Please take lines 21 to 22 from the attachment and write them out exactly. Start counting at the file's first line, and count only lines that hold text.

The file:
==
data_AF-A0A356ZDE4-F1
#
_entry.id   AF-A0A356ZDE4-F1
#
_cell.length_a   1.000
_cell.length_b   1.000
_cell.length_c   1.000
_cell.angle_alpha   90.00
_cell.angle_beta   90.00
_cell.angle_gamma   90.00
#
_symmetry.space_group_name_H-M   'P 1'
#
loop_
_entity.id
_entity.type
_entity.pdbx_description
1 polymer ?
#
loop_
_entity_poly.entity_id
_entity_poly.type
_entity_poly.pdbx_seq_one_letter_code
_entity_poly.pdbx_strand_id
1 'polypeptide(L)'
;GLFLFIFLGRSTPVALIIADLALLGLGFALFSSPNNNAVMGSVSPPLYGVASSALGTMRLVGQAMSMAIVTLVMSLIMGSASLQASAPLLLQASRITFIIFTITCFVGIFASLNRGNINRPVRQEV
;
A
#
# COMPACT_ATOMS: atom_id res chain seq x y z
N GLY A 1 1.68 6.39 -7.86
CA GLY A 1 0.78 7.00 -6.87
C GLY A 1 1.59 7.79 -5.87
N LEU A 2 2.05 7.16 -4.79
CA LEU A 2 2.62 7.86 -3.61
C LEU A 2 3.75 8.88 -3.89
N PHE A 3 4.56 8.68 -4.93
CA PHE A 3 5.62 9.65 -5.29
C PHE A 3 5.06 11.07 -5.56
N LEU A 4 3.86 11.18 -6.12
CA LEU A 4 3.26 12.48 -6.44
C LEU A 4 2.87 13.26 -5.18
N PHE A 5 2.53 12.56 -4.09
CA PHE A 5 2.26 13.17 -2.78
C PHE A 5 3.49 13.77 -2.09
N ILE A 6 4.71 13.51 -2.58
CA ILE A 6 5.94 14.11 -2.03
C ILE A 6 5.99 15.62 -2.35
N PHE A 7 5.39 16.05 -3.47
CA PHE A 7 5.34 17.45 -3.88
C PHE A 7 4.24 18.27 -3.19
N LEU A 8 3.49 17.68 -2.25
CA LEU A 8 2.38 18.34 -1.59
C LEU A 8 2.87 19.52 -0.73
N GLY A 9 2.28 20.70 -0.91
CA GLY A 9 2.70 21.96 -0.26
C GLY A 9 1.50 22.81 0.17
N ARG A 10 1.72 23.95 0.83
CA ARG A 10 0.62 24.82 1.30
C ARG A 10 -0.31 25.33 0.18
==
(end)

_entity_poly.entity_id
_entity_poly.type